After Fleeing for Eight Years, Alex Kelly Convicted of Rape
For eight years Alex Kelly lived in Europe, off his wealthy parent's money, avoiding a United States trial for raping two women. On June 12th, a Connecticut jury convicted him of raping a girl over a decade ago. Kelly turned himself in to authorities in Switzerland in 1995 when authorities closed in on his location and his passport was close to expiring. A 1996 rape trial ended in a 4-2 deadlocked jury in favor of conviction.
The 1997 jury's foreman Robert Derleth said of the conviction, "We just reviewed the evidence and the evidence spoke for itself." The husband of the women who was raped read a statement on her behalf, "I am grateful that the jury was able to focus on the truth, and hope that what I have done will help other women who have been raped to obtain justice."
Kelly's lawyer promised to appeal and commented, "I consider this just a chapter in this long litigation." Kelly could face 20 years in prison; he will be sentenced on July 24th. He also faces another trial in the case of a second woman who accused him of rape four days after the first accuser came forward.
10/30/2014 Medication Abortion Access Threatened by Oklahoma Court Ruling - An Oklahoma state district court judge has refused to block a state law restricting medication abortion, clearing the way for the law to go into affect on November 1.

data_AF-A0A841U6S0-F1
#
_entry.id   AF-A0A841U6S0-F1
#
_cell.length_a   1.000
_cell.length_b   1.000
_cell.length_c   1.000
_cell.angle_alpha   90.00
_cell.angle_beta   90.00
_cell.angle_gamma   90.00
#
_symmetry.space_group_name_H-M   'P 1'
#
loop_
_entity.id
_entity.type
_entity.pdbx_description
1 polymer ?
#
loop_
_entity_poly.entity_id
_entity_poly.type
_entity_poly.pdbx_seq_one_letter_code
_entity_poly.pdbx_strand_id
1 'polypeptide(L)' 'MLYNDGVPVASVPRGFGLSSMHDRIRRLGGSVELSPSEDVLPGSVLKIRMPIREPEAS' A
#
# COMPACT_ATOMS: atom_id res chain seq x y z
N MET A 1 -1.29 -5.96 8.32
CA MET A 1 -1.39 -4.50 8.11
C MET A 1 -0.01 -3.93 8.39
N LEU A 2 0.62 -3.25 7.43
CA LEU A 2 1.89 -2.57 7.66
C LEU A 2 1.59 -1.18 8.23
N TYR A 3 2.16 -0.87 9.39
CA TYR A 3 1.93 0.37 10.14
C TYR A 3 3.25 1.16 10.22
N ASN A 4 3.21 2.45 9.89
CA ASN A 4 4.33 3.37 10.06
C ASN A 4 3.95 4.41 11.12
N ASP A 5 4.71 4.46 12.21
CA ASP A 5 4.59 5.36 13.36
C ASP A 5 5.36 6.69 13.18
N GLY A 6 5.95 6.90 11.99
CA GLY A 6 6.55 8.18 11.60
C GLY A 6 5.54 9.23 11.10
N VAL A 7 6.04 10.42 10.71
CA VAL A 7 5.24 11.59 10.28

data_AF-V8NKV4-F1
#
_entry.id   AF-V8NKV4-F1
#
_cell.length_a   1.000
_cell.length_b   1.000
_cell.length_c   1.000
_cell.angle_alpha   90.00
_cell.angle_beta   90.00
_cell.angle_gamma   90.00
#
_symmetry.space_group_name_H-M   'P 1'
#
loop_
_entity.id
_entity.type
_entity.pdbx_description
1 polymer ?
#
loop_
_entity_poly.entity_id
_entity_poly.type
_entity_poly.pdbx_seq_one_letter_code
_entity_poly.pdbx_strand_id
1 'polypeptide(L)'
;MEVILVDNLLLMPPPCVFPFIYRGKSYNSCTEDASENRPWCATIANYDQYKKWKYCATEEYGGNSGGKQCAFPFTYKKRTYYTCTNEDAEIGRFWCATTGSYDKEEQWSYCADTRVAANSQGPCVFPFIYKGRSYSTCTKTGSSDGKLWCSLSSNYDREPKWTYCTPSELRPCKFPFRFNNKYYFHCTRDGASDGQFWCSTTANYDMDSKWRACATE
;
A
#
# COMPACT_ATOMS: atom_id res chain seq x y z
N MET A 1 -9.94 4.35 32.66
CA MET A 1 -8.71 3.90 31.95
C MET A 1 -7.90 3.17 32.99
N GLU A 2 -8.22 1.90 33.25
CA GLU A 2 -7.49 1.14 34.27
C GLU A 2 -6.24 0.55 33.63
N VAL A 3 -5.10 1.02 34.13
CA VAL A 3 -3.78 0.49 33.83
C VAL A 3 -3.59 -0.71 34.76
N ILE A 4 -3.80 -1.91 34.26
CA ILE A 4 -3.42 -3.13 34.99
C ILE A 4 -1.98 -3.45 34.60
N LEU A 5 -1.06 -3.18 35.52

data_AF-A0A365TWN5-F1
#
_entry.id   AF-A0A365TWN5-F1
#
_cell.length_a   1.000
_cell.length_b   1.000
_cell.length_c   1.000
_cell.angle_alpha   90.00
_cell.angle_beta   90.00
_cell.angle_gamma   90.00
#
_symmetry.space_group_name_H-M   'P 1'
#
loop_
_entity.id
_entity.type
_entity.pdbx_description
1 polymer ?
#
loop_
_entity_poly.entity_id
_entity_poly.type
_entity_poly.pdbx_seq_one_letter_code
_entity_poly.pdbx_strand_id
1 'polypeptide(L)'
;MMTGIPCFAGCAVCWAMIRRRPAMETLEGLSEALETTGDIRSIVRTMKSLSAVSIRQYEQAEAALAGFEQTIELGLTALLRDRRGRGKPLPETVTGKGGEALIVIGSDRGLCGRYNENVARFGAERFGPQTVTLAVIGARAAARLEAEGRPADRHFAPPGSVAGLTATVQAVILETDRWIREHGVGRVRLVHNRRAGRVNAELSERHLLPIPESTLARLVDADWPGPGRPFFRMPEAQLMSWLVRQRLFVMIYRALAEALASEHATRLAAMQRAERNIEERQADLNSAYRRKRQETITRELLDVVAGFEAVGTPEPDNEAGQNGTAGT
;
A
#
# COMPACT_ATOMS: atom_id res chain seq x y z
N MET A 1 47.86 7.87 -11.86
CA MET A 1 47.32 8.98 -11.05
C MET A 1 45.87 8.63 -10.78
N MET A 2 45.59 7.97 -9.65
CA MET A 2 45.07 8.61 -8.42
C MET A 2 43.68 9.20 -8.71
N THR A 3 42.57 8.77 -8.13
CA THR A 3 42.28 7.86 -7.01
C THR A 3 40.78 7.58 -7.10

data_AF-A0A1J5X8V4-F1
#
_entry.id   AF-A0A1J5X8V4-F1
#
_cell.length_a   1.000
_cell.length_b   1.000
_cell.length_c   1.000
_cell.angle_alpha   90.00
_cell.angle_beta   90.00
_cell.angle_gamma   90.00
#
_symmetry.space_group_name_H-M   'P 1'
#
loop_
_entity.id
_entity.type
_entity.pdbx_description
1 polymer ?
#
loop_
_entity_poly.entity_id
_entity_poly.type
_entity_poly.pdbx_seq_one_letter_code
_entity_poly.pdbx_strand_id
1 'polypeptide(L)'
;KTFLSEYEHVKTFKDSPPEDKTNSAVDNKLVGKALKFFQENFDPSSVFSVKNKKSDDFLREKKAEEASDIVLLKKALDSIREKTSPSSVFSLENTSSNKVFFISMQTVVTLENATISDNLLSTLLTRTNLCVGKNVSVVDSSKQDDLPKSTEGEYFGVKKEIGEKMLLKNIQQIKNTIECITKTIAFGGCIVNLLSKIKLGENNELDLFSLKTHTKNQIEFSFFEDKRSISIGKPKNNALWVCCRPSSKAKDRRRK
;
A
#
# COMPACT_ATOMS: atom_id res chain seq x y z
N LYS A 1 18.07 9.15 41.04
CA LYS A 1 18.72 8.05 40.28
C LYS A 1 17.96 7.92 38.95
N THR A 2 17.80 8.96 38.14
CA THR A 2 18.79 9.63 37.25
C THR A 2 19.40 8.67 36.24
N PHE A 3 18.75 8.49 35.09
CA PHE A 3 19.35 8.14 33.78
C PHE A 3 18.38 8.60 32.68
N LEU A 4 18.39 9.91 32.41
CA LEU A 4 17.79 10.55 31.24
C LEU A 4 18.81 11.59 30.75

The Oklahoma Coalition for Reproductive Justice, together with a local abortion clinic in Tulsa, challenged HB 2684 in September, arguing that the law was an unconstitutional restriction on non-surgical abortion in the earliest weeks of pregnancy. . . .
10/30/2014 UPS Switches Pregnant Worker Policy Ahead of Supreme Court Case - The United Parcel Service (UPS) is changing its policy on light duty assignments for pregnant workers, even though the company will stand by its refusal to extend accommodations to a former employee in an upcoming Supreme Court case.
UPS announced on Monday in a memo to employees, and in a brief filed with the US Supreme Court, that the company will begin offering temporary, light-duty positions to pregnant workers on January 1, 2015. . . .
10/30/2014 North Dakota Medical Students Speak Out Against Measure 1 - Medical students at the University of North Dakota School of Medicine and Health Sciences are asking North Dakotans to vote no on Measure 1, a personhood measure on the state ballot this fall.
The students issued published a letter in the Grand Forks Herald stating that they opposed Measure 1 in part because they are against "the government's taking control of the personal health care decisions of its citizens." Nearly 60 UND School of Medicine students signed the letter, citing concerns over the "very broad and ambiguous language" used in the proposed amendment, which has no regard for serious and life-threatening medical situations such as ectopic pregnancies.
Measure 1 would change the North Dakota state constitution to create an "inalienable right to life" for humans "at any stage of development" - including the moment of fertilization and conception. . . .